3.1.1 acceptable/approved: Acceptable to/approved by the engineer. 3.1.2 cement: Portland cement; blends of portland cement and portland cement extenders as covered in SABS 1491. 3.1.3 concrete cover: The thickness of concrete between the face of the concrete, as cast, and the outer face of reinforcing steel, prestressing steel, steel used for binding the reinforcing, or any embedded steel. 3.1.4 contractor: The individual who, or the organization that, has entered into an agreement to carry out the work specified. 3.1.5 engineer: The representative appointed by the owner to administer the requirements of a
project specification for specific concrete work.

3.1.6 formwork: All the temporary aids and material required to support, and to provide the shape of, the concrete in a structure (while the concrete is in the fresh state). 3.1.7 ready-mixed concrete: Concrete that complies with the relevant requirements of the project
specification and as further defined in SABS 878.

3.2 Weather
3.2.1 adverse weather: Cold weather or a combination of a high ambient temperature, low relative
humidity and high wind velocity, which may tend to impair the quality of fresh or hardening concrete or otherwise cause hardened concrete to have undesirable properties.

3.2.2 cold weather: Weather in which the ambient temperature is 5 C or less. 3.2.3 cool weather: Weather in which the ambient temperature exceeds 5 C but does not exceed
15 C.

3.2.4 hot weather: Weather in which the ambient temperature exceeds 32 C. 3.2.5 normal weather: Weather in which the ambient temperature exceeds 15 C but does not exceed 32 C.

3.3 Conditions of exposure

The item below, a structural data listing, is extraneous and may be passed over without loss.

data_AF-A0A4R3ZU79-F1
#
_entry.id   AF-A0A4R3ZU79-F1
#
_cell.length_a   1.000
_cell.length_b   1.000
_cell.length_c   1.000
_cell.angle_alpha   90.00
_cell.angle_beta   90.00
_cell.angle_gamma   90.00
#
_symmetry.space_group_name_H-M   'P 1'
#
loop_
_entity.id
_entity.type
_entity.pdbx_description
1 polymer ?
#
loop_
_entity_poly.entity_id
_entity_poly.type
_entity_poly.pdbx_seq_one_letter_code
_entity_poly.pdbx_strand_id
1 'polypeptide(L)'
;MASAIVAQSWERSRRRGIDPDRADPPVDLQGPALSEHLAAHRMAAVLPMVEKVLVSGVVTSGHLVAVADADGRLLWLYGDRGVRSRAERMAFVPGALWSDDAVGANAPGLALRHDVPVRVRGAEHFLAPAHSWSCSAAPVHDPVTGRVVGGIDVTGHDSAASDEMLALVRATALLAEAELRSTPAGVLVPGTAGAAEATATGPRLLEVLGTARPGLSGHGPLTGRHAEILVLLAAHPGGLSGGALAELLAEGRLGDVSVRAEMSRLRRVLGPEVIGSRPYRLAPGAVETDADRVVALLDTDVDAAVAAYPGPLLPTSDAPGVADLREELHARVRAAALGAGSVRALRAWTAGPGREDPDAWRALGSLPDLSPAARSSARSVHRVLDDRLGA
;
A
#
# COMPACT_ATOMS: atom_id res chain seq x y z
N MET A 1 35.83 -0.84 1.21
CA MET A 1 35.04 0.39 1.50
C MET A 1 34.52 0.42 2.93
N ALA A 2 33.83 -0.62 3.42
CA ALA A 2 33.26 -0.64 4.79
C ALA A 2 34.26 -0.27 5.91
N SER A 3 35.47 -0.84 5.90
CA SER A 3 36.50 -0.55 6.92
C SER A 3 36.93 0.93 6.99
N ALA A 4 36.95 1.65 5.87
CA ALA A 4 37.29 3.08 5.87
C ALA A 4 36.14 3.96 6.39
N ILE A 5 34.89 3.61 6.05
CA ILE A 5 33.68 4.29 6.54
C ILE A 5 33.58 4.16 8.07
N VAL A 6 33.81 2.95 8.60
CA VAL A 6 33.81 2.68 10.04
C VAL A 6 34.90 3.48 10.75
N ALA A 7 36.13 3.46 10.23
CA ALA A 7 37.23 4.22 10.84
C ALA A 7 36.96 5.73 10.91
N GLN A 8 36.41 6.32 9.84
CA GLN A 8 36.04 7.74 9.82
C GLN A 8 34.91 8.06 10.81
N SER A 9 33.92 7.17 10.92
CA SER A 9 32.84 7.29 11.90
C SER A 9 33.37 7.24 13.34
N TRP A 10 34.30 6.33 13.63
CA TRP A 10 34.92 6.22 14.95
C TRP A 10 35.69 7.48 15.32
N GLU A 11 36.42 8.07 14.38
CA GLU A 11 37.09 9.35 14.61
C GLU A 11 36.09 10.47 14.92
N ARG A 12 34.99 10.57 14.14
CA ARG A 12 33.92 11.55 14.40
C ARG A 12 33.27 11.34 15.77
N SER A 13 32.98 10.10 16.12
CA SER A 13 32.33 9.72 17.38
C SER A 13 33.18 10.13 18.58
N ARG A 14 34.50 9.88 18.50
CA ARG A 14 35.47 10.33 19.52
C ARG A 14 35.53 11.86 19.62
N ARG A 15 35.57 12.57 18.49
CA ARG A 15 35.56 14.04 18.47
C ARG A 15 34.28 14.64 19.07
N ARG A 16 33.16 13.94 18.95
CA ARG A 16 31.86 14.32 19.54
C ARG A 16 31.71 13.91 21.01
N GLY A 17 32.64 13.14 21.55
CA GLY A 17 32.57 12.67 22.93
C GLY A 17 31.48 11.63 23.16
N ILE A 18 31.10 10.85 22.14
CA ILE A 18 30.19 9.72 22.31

NOTE - For the definitions of - non-aggressive to mildly aggressive water, - mildly to fairly aggressive water, and - highly aggressive water, see table A.4 of annex A, and for an explanation of wet conditions, see the commentary below.

3.3.1 mild conditions: The concrete is exposed generally to unpolluted air.


For example:

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- indoors (but not including industrial areas); or - out of doors in arid rural areas (Karoo).

3.3.2 moderate conditions: The concrete is


a) sheltered from severe rain; b) buried in non-aggressive soil; or c) subject to polluted air (but not corrosive fumes). For example: - indoors in industrial areas; or - out of doors in rural Highveld areas.

3.3.3 severe conditions: The concrete is exposed to


a) wet conditions in which the water is mildly to fairly aggressive; b) corrosive fumes; or c) salt-laden air. For example: - out of doors in industrial areas; - out of doors in marine atmospheric conditions (i.e. up to 15 km from the sea); or - out of doors in the Cape winter-rainfall area.

3.3.4 very severe conditions: The concrete is exposed to


a) wet conditions in which the water is mildly to fairly aggressive; b) abrasive action under any wet conditions; or c) highly corrosive fumes.

3.3.5 extreme conditions: The concrete is exposed to wet conditions in which the water is highly aggressive.
COMMENTARY - Conditions are considered wet if the concrete is exposed to water continuously or intermittently. The effect on the concrete of exposure to water depends on the aggressiveness of the water, the period of time during which the concrete is wet, and the frequency of the wet-dry cycling. It is not possible to propose definite limits in this regard. However, it should be kept in mind that highly aggressive water can have a seriously detrimental effect on concrete even if the period of time during which the concrete is exposed to such water is short.